Gail Koziara Boudreaux ’82

A CEO on the state of the nation’s healthcare

Notable: Ranked last year as 10th most powerful woman in business by Fortune and 14th most powerful woman in the world by Forbes; named best female athlete in Dartmouth history by DAM in 2022; Billie Jean King Leadership and NCAA Theodore Roosevelt awards winner; Dartmouth trustee, 2011-19; her family helped endow women’s basketball coach position

Career: President and CEO, Elevance Health (formerly Anthem, Inc.), Indianapolis, Indiana, 2017-present; GKB LLC consulting, 2015-17; CEO, United Healthcare, 2008-14; worked more than 20 years at Aetna

Education: A.B., psychology; M.B.A., Columbia, 1989

Personal: Lives in Indianapolis with husband Terry; mother of Christopher ’15 and Evan ’19

“It’s one thing to work in healthcare, another to be a patient or a caregiver, which really opens your eyes to the opportunities we have to connect things better. The ‘aha’ moments in my career have come when I’ve been in the system—as a parent, a caregiver when my husband had cancer, or as a patient—and seen what the challenges are, how hard things can be. All of us who work in the system need to remember that.” 

“Today the U.S. healthcare system is siloed. We need to connect physical, social, and behavioral issues to improve health outcomes. I’d move our whole system to value-based care, simplify it for consumers, and make it more affordable.” 

“Our healthcare system treats illness as opposed to keeping people healthy. We don’t do well at that. We must be great at curing, but we must be better at preventing.”

“Primary care is really important as a front door. We need to keep it viable, improve access, and keep doctors interested in going into that field by simplifying the paperwork, helping with virtual visits, and coordinating treatment by specialists when needed.” 

“People will use virtual care for basic things, like pediatrics. Parents won’t have to be in doctors’ offices all the time. We should provide an infrastructure and incentivize more people to use it.”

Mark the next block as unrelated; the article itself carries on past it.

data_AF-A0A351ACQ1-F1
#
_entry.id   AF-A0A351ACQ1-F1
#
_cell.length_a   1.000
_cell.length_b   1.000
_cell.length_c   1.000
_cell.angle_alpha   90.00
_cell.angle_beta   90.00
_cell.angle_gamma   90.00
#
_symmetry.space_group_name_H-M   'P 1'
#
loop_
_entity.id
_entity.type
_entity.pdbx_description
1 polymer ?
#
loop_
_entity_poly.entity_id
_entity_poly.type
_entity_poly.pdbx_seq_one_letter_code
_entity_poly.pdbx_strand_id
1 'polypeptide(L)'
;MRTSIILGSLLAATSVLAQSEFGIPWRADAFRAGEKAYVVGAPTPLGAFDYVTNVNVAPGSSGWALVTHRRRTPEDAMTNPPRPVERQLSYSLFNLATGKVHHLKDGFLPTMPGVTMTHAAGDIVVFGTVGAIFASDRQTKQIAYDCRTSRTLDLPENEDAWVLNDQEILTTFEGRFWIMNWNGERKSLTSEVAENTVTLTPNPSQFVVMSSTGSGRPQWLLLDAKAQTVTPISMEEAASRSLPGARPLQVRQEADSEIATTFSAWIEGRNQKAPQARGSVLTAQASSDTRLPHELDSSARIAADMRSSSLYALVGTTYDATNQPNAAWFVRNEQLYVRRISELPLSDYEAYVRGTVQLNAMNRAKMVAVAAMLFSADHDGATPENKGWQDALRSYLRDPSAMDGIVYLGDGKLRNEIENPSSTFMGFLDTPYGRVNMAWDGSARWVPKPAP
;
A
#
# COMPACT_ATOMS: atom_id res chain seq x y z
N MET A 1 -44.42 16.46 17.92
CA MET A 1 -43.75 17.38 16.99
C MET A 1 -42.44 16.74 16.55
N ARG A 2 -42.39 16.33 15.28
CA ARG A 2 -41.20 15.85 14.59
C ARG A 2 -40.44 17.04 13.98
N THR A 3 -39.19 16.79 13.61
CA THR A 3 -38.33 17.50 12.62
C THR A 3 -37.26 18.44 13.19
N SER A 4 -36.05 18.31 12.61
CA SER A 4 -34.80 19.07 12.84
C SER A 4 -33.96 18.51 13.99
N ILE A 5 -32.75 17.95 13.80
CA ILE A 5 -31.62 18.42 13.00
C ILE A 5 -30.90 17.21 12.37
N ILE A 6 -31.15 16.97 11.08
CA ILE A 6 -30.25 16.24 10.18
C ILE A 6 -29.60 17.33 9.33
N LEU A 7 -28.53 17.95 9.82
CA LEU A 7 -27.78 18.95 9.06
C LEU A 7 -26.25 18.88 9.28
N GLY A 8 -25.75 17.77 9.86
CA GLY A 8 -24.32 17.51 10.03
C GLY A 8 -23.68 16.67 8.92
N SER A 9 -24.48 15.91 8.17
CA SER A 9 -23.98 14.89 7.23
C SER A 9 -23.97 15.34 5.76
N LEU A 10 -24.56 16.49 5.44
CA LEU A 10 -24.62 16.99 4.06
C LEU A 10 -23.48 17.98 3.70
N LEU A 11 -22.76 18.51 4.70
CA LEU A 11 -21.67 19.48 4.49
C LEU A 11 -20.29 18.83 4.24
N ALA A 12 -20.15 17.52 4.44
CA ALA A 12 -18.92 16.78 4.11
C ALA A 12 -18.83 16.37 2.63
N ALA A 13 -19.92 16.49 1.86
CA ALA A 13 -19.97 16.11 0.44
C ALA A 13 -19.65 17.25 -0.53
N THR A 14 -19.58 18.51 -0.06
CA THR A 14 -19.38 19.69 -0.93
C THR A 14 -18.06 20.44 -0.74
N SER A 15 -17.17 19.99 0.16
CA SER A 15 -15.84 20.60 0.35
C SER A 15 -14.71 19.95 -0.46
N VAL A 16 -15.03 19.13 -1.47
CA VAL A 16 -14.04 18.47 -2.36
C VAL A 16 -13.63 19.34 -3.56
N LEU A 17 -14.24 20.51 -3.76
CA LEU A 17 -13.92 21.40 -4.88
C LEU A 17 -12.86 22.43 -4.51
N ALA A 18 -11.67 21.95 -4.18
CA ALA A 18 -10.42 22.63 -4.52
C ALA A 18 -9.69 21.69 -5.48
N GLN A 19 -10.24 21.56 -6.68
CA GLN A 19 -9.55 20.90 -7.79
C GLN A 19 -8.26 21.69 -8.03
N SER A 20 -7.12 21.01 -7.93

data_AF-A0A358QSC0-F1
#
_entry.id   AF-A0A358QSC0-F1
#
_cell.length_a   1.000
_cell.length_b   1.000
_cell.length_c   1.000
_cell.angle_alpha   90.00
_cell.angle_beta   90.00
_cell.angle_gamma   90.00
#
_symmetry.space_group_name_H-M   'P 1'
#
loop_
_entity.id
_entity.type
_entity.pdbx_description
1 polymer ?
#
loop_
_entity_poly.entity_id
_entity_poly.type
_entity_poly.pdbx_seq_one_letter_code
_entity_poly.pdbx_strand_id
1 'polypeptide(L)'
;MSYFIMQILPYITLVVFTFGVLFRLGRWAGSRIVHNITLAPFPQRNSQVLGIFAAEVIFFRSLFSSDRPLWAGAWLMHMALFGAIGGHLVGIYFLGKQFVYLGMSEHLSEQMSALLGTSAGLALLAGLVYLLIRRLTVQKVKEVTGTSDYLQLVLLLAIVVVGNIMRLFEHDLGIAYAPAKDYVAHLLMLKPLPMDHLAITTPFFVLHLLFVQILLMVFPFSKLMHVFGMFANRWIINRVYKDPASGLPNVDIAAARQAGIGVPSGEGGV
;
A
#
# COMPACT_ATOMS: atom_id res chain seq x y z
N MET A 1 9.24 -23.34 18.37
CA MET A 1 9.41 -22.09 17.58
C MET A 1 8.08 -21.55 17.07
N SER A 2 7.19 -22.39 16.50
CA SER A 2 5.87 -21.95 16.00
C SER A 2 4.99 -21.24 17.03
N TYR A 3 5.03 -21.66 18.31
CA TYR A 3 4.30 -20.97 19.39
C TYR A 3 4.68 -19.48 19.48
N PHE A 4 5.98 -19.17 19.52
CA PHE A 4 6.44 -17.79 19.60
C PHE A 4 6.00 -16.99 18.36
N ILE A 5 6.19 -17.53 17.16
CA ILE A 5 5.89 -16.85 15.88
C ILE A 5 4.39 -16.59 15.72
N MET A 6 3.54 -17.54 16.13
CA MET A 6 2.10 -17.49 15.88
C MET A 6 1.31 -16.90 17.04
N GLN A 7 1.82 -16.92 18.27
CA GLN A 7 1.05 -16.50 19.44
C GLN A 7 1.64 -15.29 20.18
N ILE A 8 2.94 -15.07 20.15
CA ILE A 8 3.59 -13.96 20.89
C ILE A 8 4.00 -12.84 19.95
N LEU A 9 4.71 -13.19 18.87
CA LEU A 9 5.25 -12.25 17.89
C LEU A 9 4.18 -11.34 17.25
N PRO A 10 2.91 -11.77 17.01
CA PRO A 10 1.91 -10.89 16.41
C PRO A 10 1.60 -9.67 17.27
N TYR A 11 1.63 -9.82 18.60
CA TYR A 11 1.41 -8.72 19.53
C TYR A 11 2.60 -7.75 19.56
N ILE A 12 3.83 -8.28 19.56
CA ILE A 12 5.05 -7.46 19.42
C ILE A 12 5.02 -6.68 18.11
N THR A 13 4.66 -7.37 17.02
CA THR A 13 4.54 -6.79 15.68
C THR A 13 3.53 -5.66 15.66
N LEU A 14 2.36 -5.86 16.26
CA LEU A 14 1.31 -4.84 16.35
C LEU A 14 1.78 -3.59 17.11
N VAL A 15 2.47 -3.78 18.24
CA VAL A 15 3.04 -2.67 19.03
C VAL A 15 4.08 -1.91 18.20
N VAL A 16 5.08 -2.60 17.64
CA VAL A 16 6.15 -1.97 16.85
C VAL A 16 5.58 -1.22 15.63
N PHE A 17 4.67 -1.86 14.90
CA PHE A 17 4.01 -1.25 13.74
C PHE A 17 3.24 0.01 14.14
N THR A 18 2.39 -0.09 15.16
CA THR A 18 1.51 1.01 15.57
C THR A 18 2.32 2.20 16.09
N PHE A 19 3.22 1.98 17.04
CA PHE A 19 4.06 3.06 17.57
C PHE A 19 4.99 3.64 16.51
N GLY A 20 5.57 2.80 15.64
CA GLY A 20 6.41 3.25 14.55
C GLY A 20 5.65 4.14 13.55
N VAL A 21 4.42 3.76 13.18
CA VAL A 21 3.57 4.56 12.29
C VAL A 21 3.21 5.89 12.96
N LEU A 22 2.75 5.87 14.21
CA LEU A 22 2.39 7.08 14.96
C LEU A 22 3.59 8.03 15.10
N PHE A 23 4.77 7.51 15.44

“When it comes to Medicare for all, polling and referenda have shown that people want choice. They don’t want to be told what they should pick. Right now, more than 50 percent of seniors in this country choose Medicare Advantage, which is run by the private sector. They have a choice every year to come or go. Incentives are aligned to ensure that healthcare providers are focused on the outcomes of those seniors.”

“I don’t think about being ranked as one of the most powerful women in the world. It’s the result of accumulated talent of many people and running a huge enterprise.” 

“Leadership requires authenticity. I love to set strategies and lead on culture. I tell my team to embrace failure. In business, as in basketball, it’s an opportunity to reset, to do things differently.”

“The Dartmouth basketball jersey, given to me when the College honored my number, hangs in my home, along with the letter President Phil Hanlon ’77 wrote to me after my eight years as a trustee. It’s very moving. The Billie Jean King Leadership Award and the NCAA Theodore Roosevelt Award are also very special to me.”

“I never thought about staying in basketball after playing. I went right into business, and I love what I do. I coach every day at work, and my skills are best suited where I am.” 

“I’m still actively involved with the women’s team. The team’s locker room was just redesigned, and I come back for alumni weekend.”

“I’m a big fan of Billie Jean King and believe deeply in her quote, ‘Pressure is a privilege.’ Pressure is an opportunity to make a difference.”

“I’d like my professional legacy to be building a great generation of leaders, giving other women a step up, being a mentor to as many of them as I can. It would be an honor to help make healthcare better in this country.”

 

Portfolio

Alumni Books
New titles from Dartmouth writers (November/December 2023)
Fresh Takes
Blogger Ray Padgett ’09 covers the covers.
The Secret Life of the Brain

Michael Gazzaniga ’61 divulges the inner workings of the human mind. 

Gail Koziara Boudreaux ’82
A CEO on the state of the nation’s healthcare

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